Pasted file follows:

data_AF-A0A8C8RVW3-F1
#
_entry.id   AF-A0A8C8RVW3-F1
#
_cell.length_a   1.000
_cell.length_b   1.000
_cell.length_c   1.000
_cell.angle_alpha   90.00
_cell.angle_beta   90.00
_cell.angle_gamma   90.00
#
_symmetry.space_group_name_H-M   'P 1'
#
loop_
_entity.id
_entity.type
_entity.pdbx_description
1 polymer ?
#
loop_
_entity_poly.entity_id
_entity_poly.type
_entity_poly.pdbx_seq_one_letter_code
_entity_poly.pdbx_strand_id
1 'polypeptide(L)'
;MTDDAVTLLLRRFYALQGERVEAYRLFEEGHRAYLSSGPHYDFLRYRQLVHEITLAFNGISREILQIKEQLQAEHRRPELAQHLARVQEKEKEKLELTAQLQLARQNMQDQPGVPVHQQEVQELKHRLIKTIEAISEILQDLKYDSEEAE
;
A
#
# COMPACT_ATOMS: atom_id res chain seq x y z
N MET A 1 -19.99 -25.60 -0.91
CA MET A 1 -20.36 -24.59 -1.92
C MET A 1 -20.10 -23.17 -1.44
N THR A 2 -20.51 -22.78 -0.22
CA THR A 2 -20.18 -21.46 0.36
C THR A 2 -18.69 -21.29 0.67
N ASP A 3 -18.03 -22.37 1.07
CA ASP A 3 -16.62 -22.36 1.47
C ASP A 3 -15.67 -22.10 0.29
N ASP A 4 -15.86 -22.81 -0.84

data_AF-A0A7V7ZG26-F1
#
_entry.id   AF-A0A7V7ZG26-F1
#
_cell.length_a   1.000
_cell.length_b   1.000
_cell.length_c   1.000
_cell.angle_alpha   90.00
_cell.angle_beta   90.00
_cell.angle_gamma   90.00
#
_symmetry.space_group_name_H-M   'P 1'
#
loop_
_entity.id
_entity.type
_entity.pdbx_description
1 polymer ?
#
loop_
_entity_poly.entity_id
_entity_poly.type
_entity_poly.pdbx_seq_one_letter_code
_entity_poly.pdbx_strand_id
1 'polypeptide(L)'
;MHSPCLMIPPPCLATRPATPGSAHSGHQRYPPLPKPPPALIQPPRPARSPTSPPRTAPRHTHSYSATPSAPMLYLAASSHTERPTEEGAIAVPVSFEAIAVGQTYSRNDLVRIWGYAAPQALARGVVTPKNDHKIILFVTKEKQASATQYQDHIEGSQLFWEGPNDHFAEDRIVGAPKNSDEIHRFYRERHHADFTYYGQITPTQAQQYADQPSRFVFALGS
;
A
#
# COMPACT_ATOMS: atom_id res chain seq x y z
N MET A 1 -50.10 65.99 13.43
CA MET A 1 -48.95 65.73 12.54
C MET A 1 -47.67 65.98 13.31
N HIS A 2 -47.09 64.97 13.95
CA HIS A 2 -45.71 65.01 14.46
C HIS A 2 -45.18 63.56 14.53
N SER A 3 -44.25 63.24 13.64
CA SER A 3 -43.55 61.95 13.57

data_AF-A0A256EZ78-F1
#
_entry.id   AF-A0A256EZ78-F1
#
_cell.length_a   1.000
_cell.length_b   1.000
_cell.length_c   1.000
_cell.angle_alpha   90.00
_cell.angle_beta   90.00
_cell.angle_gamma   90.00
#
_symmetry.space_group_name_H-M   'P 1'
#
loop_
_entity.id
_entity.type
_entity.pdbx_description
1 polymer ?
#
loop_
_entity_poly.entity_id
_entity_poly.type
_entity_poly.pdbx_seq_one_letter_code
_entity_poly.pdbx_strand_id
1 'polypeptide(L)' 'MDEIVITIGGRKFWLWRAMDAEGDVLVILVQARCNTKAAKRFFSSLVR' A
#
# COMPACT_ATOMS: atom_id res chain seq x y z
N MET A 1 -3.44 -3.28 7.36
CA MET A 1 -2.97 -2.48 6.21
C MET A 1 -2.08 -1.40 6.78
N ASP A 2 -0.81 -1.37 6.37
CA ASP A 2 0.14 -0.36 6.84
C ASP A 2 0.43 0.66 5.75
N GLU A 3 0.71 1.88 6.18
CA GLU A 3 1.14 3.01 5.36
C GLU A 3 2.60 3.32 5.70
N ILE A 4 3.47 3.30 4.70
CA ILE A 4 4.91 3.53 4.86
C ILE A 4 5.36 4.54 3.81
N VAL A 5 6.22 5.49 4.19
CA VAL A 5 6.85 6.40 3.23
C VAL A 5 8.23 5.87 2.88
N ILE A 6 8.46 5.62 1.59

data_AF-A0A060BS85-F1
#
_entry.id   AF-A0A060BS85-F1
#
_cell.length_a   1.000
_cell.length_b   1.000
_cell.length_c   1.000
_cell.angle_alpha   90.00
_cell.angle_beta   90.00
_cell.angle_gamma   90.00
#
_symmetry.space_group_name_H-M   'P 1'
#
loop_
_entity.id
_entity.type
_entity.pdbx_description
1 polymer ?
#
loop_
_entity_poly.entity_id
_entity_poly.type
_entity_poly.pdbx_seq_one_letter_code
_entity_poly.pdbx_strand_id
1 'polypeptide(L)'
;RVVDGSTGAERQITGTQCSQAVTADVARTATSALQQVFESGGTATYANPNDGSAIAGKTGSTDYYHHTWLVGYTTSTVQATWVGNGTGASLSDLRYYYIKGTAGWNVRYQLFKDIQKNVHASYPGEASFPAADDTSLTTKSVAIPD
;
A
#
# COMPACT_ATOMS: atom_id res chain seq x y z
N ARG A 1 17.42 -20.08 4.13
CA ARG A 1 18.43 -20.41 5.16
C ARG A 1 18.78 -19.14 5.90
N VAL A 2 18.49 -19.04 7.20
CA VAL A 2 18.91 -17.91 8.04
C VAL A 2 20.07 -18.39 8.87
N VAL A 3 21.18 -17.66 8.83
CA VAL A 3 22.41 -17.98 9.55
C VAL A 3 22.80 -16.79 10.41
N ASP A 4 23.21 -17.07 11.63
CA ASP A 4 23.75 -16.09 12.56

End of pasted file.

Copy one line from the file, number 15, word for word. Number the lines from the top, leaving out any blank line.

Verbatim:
_entity.id